In this week’s episode we discuss:

  • How do you know how much is enough,
  • Why it’s so important to know your number
  • What you should and shouldn’t focus on
  • Three types of people will be discussed the not quite yet, just right, and overflow.

Show Notes:

What you should not focus on:

  • % of salary rule.  Whether thats 70% or 80%, 90% or some other number. I.e. 12x salary
  • 1 million dollar rule or multimillionaire 
  • Waiting until you take social security

Instead focus on:

  • Your personal situation.  Not society, family, friends, co-workers, etc.
  • Current expenses – i.e. current lifestyle cost.  Different stages in life our spending looks different. (i.e. early working career, family, post-family, part-time work, no work, travel more)
  • Future expected expenses – i.e. desired lifestyle while factoring in taxes, healthcare, inflation, possible more active lifestyle in earlier years of retirement and decline as get older
  • 4% of portfolio plus other fixed income of SS, pension, etc cover your expenses?  Is there a cushion? How much of a cushion?

Determining how much is enough:

  • Step 1: identify current expenses
  • Step 2: from current expenses identify future expenses.  Which ones will stay same, what will increase and/or decrease, what additional expenses, if any can be subtracted.
  • Step 3: continually look and evaluate your current and future expenses and determine do I have enough?  Am I on track with my desired date?  Do I need to save more now or live more now?

How Much Do I Need to Retire?

  • The 4% sustainable withdrawal rate.2
  • Essentially, this is the amount you can theoretically withdraw through thick and thin and still expect your portfolio to last at least 30 years. Not every expert today agrees that a 4% withdrawal rate is optimal, but most would argue you should try not to exceed it.
  • If you stick to the 4% rule, here’s how much you could withdraw annually from three different nest eggs:
    • $500,000—$20,000 a year
    • $1 million—$40,000 a year
    • $2 million—$80,000 a year
  • To figure out how much income you’ll need in retirement, take your estimated monthly expenses (be sure it’s realistic) and divide by 4%. So, for example, if you estimate you’ll need $50,000 a year to live comfortably, you’ll need $1.25 million ($50,000 ÷ 0.04) going into retirement.
  • So, after you add it all up, if your total retirement income exceeds your predicted expenses, you probably have “enough” for retirement.

Three types of people – not quite yet, just right, and overflow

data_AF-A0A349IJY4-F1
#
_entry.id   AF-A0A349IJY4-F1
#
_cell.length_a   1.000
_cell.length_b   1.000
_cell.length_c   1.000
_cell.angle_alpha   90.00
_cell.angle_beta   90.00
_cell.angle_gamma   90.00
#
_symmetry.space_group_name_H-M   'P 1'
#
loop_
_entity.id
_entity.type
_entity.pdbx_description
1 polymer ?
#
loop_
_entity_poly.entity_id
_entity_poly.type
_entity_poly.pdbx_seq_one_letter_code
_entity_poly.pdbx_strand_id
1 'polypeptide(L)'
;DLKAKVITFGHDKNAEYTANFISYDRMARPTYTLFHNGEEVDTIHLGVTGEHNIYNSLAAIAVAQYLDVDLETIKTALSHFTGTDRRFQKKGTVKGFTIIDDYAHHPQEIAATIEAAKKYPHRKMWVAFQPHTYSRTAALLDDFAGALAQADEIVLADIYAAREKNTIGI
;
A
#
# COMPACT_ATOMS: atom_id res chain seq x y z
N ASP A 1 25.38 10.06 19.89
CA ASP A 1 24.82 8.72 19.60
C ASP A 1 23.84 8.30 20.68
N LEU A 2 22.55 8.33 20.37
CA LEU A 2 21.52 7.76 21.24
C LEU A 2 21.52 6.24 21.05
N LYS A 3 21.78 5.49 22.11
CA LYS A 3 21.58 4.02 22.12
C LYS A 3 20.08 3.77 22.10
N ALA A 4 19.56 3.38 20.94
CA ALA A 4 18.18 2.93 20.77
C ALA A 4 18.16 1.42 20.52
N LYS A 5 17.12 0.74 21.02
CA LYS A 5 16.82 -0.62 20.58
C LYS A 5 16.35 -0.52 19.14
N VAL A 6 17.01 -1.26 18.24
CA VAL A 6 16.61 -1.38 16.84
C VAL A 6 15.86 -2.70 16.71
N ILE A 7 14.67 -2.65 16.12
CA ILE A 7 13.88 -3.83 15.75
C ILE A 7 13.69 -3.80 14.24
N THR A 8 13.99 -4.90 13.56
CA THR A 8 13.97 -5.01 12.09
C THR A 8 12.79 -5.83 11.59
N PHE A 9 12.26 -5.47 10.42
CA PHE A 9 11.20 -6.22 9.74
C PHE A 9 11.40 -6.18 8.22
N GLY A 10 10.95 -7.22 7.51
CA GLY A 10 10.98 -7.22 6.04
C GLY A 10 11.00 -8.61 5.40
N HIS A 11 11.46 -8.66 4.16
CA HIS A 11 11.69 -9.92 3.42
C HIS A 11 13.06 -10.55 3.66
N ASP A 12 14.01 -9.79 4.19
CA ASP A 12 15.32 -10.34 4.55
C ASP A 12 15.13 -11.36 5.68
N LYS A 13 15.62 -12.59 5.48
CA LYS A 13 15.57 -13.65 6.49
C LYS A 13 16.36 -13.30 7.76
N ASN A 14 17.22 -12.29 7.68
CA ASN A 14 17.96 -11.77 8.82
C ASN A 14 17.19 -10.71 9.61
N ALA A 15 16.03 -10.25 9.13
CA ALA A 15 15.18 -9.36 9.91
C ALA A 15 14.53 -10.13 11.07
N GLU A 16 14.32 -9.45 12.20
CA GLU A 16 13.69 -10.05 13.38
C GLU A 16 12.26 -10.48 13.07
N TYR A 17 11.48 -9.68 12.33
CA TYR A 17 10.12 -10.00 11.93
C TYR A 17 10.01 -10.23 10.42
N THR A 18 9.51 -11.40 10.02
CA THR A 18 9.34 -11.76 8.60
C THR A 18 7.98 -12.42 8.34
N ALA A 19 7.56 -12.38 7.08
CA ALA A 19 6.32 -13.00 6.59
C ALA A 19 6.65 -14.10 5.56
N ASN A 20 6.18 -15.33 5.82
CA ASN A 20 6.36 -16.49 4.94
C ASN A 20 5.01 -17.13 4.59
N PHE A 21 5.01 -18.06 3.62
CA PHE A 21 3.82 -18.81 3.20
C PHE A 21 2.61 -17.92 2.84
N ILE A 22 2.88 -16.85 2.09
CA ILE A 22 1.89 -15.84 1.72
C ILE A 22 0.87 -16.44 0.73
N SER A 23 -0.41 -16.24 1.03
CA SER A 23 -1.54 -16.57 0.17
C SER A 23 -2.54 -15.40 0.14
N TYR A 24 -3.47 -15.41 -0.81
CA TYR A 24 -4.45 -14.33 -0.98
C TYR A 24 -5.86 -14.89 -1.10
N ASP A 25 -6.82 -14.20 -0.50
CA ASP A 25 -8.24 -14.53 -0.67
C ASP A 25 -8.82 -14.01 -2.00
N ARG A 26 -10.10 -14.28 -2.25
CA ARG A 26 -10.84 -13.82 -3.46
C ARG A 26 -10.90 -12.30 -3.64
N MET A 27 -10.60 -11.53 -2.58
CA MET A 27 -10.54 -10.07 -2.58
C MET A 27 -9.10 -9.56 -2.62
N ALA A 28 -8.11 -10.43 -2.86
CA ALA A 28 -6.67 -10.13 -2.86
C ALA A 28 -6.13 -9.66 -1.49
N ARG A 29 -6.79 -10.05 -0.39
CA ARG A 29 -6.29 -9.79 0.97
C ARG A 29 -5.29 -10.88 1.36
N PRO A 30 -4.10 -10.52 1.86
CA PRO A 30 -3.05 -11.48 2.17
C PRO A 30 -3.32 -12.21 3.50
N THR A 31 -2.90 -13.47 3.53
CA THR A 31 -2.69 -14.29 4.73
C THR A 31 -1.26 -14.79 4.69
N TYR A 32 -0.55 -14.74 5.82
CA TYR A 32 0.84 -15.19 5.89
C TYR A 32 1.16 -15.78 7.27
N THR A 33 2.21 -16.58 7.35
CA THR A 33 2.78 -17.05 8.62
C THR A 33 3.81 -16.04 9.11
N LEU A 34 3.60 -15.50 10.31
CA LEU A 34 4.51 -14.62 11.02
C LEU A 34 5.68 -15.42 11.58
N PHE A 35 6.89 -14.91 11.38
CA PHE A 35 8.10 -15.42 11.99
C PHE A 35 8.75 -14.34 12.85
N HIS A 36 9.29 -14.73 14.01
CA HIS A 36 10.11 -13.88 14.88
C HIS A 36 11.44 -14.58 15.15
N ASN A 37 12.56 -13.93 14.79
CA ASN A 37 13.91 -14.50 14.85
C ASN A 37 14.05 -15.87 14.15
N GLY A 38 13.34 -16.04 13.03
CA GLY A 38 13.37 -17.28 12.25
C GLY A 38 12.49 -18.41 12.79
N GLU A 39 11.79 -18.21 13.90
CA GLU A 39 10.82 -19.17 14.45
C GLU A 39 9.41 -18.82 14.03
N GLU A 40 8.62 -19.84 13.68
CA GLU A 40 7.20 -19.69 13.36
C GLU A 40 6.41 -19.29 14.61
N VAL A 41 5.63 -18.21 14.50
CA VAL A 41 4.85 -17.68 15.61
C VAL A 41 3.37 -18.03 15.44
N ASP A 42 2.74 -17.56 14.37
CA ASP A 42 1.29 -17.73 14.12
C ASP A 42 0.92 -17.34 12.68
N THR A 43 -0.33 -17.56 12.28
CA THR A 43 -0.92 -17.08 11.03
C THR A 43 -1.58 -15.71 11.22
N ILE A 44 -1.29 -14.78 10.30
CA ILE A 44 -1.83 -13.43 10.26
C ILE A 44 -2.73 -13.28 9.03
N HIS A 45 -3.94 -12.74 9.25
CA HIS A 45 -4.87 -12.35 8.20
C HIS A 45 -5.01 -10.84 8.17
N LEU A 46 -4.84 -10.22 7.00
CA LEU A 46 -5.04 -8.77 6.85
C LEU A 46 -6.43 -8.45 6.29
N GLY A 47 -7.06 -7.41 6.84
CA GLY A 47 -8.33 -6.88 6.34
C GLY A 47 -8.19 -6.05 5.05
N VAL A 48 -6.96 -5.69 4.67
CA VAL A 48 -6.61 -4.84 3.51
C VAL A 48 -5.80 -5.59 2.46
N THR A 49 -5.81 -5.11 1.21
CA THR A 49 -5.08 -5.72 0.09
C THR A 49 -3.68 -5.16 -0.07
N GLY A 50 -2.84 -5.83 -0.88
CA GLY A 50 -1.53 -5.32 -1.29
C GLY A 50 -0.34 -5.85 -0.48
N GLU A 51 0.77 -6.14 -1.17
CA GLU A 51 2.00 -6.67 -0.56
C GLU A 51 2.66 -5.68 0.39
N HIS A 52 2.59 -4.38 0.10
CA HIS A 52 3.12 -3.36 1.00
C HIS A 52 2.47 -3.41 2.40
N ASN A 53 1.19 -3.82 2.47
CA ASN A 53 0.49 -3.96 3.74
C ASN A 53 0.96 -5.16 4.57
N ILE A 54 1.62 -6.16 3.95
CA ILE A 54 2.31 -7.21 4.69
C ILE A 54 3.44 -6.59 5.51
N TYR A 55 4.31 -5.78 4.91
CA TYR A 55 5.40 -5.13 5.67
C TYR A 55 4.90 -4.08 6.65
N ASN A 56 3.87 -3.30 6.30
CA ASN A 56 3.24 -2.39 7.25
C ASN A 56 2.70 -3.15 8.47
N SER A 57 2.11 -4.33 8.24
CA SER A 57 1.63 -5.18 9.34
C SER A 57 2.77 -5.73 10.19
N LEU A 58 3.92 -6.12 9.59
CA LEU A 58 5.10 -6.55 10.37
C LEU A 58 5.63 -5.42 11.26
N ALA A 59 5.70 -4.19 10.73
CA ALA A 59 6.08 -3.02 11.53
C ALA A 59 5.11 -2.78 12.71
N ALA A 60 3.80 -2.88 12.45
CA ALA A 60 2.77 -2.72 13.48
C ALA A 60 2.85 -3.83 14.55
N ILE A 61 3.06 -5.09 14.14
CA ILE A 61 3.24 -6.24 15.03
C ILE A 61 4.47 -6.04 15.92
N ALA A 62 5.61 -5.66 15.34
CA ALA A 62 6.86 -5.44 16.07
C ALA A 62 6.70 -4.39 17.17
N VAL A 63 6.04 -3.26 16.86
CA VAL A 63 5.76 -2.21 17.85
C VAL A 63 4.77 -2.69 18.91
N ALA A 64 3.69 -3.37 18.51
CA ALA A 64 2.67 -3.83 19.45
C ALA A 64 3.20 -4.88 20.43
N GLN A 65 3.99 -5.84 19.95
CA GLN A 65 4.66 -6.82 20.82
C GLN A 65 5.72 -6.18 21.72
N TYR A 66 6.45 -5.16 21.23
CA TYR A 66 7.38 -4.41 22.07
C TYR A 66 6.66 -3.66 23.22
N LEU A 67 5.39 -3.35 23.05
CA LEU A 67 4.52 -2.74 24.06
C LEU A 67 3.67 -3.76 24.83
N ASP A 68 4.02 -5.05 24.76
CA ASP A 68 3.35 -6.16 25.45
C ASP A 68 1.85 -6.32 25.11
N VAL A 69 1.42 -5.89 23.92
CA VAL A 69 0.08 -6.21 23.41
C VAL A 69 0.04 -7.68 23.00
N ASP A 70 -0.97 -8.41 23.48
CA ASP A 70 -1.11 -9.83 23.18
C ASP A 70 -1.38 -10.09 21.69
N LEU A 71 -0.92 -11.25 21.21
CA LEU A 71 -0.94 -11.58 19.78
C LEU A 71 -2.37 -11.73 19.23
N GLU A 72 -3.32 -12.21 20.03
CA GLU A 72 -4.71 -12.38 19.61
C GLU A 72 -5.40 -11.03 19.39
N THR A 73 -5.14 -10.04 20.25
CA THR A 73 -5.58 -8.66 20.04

• Not quite yet
    • When ask most people about their future goals, expenses, wants, etc.  Most people don’t know what they want but they do know what they don’t want and that is any less of a lifestyle than they have now.  Can you relate?
        1. If you find yourself short of where you would like to be May need to work full-time longer, go part-time before retiring completely, lower your cost/standards of living i.e. your lifestyle, downsize house as that may have a big chunk of equity you could utilize, put more money towards investing, increase income
        2. Don’t count on winning lottery, inheritance, or selling of business.  Those things aren’t guaranteed and you don’t want to be dependent on outside things that are out of your control.  That isn’t financial independence. 
  • Just right
        1. This person or couple may take more risk than they need to if they already have enough.  They have identified current and future expenses
        2. They May work longer than they need to, thus potentially not living the life they desire to (i.e. traveling, grandkids, relaxing, and on and on
        3. They may Spend money and feel guilty because they don’t realize they have enough money
        4. They may Cut back and don’t live life to the fullest
        5. They simply Don’t understand they can enjoy their money
  • Overflow
      1. This person or couple is in one respect in the worst position 
      2. You may ask why?  They have plenty
      3. Yeah how long have they had plenty?
      4. How have they been spending their time?
      5. Has it been doing what they want, what they desire, have they been living life to the fullest or begrudgingly going to work day in and day out.

It’s common for retirees’ expenses to go through three distinct phases:

  1. Higher spending early on
  2. Modest spending for a long period after that
  3. Higher spending near the end of life, due to medical or long-term care expenses

The sooner you do the math, the more time you’ll have to make the numbers work in your favor.

Planning is a lifelong process.

Call to Action: 

  • Identify what category are you in? Not quite, just right, or overflow.  Are you on the right track?